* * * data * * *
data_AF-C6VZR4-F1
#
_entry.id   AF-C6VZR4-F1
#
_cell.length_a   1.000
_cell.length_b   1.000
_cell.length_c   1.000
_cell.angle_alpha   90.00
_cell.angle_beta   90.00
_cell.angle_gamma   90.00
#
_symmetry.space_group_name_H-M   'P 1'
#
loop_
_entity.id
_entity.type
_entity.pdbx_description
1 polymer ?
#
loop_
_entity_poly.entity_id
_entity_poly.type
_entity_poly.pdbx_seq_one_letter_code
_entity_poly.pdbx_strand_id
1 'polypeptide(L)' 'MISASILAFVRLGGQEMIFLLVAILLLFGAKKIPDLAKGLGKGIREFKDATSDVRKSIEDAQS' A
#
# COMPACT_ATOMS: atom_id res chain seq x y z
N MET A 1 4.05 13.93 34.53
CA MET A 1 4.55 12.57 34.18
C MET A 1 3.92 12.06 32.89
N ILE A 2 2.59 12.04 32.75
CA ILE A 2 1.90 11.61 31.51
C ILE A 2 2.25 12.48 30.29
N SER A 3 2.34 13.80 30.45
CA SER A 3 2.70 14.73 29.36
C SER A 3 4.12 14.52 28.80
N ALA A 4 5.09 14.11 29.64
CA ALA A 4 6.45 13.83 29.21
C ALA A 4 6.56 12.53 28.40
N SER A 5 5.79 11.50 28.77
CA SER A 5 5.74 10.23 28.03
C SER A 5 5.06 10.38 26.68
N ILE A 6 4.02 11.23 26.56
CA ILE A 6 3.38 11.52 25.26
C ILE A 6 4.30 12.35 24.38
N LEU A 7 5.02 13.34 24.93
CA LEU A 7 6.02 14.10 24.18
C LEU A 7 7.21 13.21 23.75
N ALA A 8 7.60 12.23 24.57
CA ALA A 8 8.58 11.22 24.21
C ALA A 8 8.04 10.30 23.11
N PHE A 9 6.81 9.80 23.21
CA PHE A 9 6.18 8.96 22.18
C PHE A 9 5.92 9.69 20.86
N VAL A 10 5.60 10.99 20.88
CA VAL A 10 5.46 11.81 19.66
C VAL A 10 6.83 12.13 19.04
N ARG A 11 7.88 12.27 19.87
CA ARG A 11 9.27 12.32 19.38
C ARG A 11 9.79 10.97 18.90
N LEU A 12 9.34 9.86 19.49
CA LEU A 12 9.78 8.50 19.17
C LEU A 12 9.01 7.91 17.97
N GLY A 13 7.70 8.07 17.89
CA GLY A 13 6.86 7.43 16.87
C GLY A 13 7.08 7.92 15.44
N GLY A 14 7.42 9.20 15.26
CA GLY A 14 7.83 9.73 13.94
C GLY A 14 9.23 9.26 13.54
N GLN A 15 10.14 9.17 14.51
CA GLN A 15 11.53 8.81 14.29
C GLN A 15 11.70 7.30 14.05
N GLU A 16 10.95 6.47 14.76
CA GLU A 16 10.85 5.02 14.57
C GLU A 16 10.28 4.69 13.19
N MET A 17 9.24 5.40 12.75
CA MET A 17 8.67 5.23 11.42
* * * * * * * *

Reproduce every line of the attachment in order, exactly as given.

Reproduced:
data_AF-C6VZR4-F1
#
_entry.id   AF-C6VZR4-F1
#
_cell.length_a   1.000
_cell.length_b   1.000
_cell.length_c   1.000
_cell.angle_alpha   90.00
_cell.angle_beta   90.00
_cell.angle_gamma   90.00
#
_symmetry.space_group_name_H-M   'P 1'
#
loop_
_entity.id
_entity.type
_entity.pdbx_description
1 polymer ?
#
loop_
_entity_poly.entity_id
_entity_poly.type
_entity_poly.pdbx_seq_one_letter_code
_entity_poly.pdbx_strand_id
1 'polypeptide(L)' 'MISASILAFVRLGGQEMIFLLVAILLLFGAKKIPDLAKGLGKGIREFKDATSDVRKSIEDAQS' A
#
# COMPACT_ATOMS: atom_id res chain seq x y z
N MET A 1 4.05 13.93 34.53
CA MET A 1 4.55 12.57 34.18
C MET A 1 3.92 12.06 32.89
N ILE A 2 2.59 12.04 32.75
CA ILE A 2 1.90 11.61 31.51
C ILE A 2 2.25 12.48 30.29
N SER A 3 2.34 13.80 30.45
CA SER A 3 2.70 14.73 29.36
C SER A 3 4.12 14.52 28.80
N ALA A 4 5.09 14.11 29.64
CA ALA A 4 6.45 13.83 29.21
C ALA A 4 6.56 12.53 28.40
N SER A 5 5.79 11.50 28.77
CA SER A 5 5.74 10.23 28.03
C SER A 5 5.06 10.38 26.68
N ILE A 6 4.02 11.23 26.56
CA ILE A 6 3.38 11.52 25.26
C ILE A 6 4.30 12.35 24.38
N LEU A 7 5.02 13.34 24.93
CA LEU A 7 6.02 14.10 24.18
C LEU A 7 7.21 13.21 23.75
N ALA A 8 7.60 12.23 24.57
CA ALA A 8 8.58 11.22 24.21
C ALA A 8 8.04 10.30 23.11
N PHE A 9 6.81 9.80 23.21
CA PHE A 9 6.18 8.96 22.18
C PHE A 9 5.92 9.69 20.86
N VAL A 10 5.60 10.99 20.88
CA VAL A 10 5.46 11.81 19.66
C VAL A 10 6.83 12.13 19.04
N ARG A 11 7.88 12.27 19.87
CA ARG A 11 9.27 12.32 19.38
C ARG A 11 9.79 10.97 18.90
N LEU A 12 9.34 9.86 19.49
CA LEU A 12 9.78 8.50 19.17
C LEU A 12 9.01 7.91 17.97
N GLY A 13 7.70 8.07 17.89
CA GLY A 13 6.86 7.43 16.87
C GLY A 13 7.08 7.92 15.44
N GLY A 14 7.42 9.20 15.26
CA GLY A 14 7.83 9.73 13.94
C GLY A 14 9.23 9.26 13.54
N GLN A 15 10.14 9.17 14.51
CA GLN A 15 11.53 8.81 14.29
C GLN A 15 11.70 7.30 14.05
N GLU A 16 10.95 6.47 14.76
CA GLU A 16 10.85 5.02 14.57
C GLU A 16 10.28 4.69 13.19
N MET A 17 9.24 5.40 12.75
CA MET A 17 8.67 5.23 11.42